13 Mar Kalamazoo Shooting Puts More Heat on Uber Background Checks
When an applicant hands over their data, do they just get the keys?
On February 20th, Kalamazoo, MI, saw an enormous tragedy. Jason Dalton, an Uber driver, shot and killed six people and reportedly was even working for the service during the time he was actively shooting. It’s put Uber on the spot about its background checks, but how much could Uber even have anticipated?
Uber’s background check process is fairly straightforward. A driver has to provide their name, Social Security number, date of birth, driver’s license information, registration, and insurance. Uber uses a third-party service to check the last seven years of its driver’s behavior, in order to abide by various state and local laws. If the check comes across something of interest, court records are collected and analyzed.
If an applicant has a conviction for any major felonies, or is flagged on the sex offender databases Uber checks, then they won’t be hired. Otherwise, provided the applicant’s car is up to snuff and they’ve got the ability to work, they can start working for Uber once they’re set up in the company’s system.
While critics have called for Uber to overhaul its background checks, it’s not clear what else the company could have done. Tightening its hiring requirements would potentially be unfair to applicants with minor arrest histories and might draw the attention of the federal government. It’s limited by the law in how extensive its checks can be and how those checks are used. Nor can Uber or most background check services access mental health records, under privacy laws.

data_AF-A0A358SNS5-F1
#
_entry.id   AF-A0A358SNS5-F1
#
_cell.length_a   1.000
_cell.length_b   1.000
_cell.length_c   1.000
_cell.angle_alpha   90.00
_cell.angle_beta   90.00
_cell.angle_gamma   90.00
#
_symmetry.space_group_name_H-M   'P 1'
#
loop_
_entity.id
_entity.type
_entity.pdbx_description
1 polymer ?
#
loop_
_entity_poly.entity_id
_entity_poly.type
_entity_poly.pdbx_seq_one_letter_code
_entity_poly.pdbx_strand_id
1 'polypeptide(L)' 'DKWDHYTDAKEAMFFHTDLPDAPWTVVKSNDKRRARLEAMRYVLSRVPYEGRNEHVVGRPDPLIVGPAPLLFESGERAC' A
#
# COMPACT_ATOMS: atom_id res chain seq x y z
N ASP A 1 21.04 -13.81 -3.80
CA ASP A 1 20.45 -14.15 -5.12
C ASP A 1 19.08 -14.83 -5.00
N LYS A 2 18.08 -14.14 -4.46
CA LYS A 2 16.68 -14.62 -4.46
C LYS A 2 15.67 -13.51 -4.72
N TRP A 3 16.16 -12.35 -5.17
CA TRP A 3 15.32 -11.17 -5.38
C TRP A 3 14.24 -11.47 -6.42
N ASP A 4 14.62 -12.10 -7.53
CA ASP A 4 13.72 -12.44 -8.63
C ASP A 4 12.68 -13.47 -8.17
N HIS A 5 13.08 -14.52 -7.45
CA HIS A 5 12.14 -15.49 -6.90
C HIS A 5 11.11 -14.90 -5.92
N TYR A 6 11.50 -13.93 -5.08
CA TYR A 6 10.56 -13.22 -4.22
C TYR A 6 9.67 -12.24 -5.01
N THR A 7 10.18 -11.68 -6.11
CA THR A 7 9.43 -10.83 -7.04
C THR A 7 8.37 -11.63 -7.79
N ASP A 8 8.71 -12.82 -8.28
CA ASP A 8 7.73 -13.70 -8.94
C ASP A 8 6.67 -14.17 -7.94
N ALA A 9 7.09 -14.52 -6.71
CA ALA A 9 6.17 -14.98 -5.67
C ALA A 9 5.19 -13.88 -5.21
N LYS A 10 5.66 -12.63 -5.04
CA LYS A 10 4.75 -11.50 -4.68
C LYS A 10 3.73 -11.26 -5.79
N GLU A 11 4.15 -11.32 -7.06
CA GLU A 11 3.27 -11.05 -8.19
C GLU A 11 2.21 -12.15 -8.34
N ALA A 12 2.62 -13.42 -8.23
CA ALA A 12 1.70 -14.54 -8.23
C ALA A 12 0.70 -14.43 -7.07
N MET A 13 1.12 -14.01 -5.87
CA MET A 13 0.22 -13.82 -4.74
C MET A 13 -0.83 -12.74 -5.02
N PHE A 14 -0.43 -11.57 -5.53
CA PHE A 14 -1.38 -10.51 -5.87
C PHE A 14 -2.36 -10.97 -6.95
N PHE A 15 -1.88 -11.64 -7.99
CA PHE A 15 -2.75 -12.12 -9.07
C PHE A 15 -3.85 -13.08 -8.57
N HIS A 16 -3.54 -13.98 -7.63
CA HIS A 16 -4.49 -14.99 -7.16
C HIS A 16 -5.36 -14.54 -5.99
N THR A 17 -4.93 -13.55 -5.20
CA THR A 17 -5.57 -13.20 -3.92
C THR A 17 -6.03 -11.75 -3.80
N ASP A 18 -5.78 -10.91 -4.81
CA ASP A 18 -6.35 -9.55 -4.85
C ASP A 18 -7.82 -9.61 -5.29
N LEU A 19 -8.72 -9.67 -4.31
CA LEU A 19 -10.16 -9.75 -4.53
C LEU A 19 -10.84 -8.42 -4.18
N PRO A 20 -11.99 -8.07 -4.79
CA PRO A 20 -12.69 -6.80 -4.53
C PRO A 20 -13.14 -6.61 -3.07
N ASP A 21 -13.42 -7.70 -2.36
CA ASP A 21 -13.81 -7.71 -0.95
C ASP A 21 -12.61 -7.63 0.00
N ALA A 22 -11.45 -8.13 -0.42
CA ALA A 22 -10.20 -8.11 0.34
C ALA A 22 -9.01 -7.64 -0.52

And even if they had tightened their hiring and set up a more detailed background check process, it wouldn’t have mattered. Dalton had no meaningful criminal record to that point, and had no mental health problems on record at the time. So what could Uber have done, and what can other employers do, to help prevent tragedy?
More Than A Check
Where does trust begin?
Background checks are a crucial component of the hiring process, but they’re just that: One component of what should be an in-depth, well-considered process. Too often, HR departments and hiring managers, especially at busy companies with many employees like Uber “hire from the check.” In other words, if the paperwork looks good, they get the job.
Instead, make sure the check isn’t the only part of your process. Sit candidates down and speak with them for a while, for any job, to get a sense of who they are and how they communicate with people. Often a background check needs to be paired with a gut check in the hiring process; if you think somebody’s not a good fit, you can choose a better person for the job.
The reality is that there was nothing Uber could have done about Dalton. No matter how rigorous their checks, no matter how detailed their process, they were unlikely to spot something not even Dalton’s family, friends, or coworkers saw coming. All Uber, or any company, can do is be diligent in their hiring, do the proper checks, and make sure somebody is talking to employees and making sure they’re doing well. If you want to see diligence in action, request a free background check trial.